It’s funny how similar Italian and Jewish moms can be, at least in my experience.
I try my hand at reading to Kristy the way I think David would read it, complete with the inflections typical of our families. Kristy sits there, eyes focused on one spot on the wall. She looks like she’s seeing the events I’m describing, so I pause to show her the book’s sketches and illustrations. She smiles.
One of the stories involves a breakup between a squirrel and a chipmunk, and Kristy tears up at the end of this romance. This is how we pass our evening in a rainstorm in a bungalow on the beach in Mexico. The fire in the fireplace is the icing on the cake. About a third of the way through the book, something triggers us both; we begin talking at the same time, wondering together about life hundreds of years ago. We talk over each other and out of turn. We think we’ve discovered, or rediscovered, something important. A few more shots of tequila add to our conviction that we have significant advice to give the world, and we’re ready to spread the news that we can save everyone from becoming zombies.
“Let’s film our discussion on how we spent our evening and what has happened so far on our trip. We can share it later when we get back!” Kristy yells.
“How? On YouTube? It’s an oxymoron! It’s a paradox!” I holler back.
Beach Bungalow Brainstorms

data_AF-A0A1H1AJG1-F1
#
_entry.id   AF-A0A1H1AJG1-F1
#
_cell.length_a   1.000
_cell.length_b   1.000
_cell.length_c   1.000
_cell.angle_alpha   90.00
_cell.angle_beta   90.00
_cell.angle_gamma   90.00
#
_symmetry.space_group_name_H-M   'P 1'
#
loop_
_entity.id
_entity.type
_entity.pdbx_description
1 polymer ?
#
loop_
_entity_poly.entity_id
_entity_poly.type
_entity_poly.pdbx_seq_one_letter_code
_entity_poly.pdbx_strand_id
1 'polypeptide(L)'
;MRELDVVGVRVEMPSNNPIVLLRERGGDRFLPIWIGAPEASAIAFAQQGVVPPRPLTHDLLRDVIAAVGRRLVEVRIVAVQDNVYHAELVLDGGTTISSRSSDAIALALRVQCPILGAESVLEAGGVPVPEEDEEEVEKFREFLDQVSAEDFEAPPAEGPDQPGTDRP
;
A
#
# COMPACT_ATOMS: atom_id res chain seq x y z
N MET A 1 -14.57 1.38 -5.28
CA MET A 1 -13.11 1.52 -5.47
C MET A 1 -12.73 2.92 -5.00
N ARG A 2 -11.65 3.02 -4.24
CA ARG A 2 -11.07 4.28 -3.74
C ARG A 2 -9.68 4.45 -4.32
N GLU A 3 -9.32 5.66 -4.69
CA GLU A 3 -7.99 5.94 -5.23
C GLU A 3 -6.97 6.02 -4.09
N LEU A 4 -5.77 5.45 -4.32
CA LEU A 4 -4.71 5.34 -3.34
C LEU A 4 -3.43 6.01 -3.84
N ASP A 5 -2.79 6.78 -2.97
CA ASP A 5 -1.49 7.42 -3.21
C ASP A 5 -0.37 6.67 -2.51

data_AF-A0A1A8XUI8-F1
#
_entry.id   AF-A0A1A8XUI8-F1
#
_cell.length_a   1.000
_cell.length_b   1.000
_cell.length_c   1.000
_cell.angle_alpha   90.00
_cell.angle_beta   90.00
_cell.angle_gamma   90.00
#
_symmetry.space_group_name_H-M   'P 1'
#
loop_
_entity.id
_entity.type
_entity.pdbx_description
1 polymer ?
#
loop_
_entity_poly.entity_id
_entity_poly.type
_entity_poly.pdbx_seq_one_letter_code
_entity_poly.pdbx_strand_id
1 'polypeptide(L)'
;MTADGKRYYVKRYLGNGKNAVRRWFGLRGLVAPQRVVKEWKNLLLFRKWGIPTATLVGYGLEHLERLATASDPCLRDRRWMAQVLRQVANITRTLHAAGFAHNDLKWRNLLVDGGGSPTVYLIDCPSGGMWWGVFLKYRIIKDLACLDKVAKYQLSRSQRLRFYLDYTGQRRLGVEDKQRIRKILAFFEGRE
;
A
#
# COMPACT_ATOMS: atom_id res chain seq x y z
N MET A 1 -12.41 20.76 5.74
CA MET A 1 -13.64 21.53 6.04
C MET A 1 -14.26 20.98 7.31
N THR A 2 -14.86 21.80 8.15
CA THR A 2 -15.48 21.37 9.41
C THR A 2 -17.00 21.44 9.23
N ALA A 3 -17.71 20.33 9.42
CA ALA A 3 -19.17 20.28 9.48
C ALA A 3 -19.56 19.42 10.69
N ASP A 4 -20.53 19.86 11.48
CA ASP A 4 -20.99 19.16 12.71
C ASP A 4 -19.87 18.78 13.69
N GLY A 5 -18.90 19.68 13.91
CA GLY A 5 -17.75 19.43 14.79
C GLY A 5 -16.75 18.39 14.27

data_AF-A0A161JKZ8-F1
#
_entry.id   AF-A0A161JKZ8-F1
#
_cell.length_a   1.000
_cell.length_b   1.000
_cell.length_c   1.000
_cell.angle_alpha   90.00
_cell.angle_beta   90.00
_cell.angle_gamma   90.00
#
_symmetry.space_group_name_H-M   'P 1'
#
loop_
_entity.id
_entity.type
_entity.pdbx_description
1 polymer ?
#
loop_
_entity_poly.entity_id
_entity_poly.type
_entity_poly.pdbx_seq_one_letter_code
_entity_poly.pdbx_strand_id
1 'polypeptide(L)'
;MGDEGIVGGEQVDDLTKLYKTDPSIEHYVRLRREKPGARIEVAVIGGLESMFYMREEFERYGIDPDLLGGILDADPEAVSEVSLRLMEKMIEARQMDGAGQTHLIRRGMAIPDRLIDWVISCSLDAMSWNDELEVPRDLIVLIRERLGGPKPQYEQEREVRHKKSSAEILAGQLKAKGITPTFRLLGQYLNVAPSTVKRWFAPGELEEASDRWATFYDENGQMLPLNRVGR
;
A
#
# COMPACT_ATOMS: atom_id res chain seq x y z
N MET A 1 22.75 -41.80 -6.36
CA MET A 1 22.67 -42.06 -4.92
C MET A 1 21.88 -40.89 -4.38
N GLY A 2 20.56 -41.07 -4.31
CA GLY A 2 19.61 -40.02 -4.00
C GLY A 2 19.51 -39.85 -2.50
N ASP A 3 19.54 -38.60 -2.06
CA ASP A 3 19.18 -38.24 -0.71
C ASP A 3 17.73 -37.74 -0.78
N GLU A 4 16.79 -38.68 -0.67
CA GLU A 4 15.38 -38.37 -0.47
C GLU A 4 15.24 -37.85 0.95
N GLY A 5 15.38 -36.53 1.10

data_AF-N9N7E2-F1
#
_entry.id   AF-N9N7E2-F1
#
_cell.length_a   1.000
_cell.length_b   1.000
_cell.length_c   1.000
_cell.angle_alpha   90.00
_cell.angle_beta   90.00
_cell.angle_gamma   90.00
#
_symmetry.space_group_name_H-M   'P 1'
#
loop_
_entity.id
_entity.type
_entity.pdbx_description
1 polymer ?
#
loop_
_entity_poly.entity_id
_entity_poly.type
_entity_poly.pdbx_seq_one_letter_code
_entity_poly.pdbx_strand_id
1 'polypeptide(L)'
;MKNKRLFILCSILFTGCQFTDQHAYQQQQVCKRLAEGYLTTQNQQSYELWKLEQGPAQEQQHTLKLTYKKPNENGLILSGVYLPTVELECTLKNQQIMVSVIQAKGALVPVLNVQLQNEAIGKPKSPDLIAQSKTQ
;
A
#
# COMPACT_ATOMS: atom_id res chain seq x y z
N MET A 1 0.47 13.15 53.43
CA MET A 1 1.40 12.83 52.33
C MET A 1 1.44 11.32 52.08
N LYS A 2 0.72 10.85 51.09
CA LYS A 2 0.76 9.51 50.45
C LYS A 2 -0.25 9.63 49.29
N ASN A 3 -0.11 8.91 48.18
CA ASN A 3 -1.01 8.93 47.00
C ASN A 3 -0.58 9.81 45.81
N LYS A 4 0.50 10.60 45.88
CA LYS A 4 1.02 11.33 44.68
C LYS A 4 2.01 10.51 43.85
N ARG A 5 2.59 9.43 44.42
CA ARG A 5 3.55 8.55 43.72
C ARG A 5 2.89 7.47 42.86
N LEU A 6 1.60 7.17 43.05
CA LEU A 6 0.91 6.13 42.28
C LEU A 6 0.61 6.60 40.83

A Play in Three Acts:
Act One: Tequila
Act Two: Beer
Act Three: Save the World
More beer washes down more tequila, and the debate intensifies. How can we film ourselves while staying true to our social experiment? And, if we do film it, how can we promote it? We have to use social media to warn folks about the overconsumption of such platforms while engaging in those very platforms.
“Fuck it! We’re doing it anyway,” I say. “The best way to reach the folks and show them is to plant this secret message right in their own social media habits.”
“Yeah, that’s it,” Kristy said. “We’ll be imposters in that world in order to bring them back to their own fireplaces! Maybe they’ll read this book by a fire!”
Not long after we return to app-world, we learn, along with everyone else, that Apple and others are now pushing apps to limit the use of apps. I found at least six apps that are designed to curtail app time. Some might call this new app category ironic. Others might call it hypocrisy and suspect it was generated more by PR departments than by a genuine concern about overuse. I guess I just call it reality, whatever the design motive. I mean, the kitchen timer or stopwatch would serve the same purpose, and I’m sure the new apps benefit the companies that produce them more than you and me; but, for now, I’d rather see people using the don’t-overuse apps than not.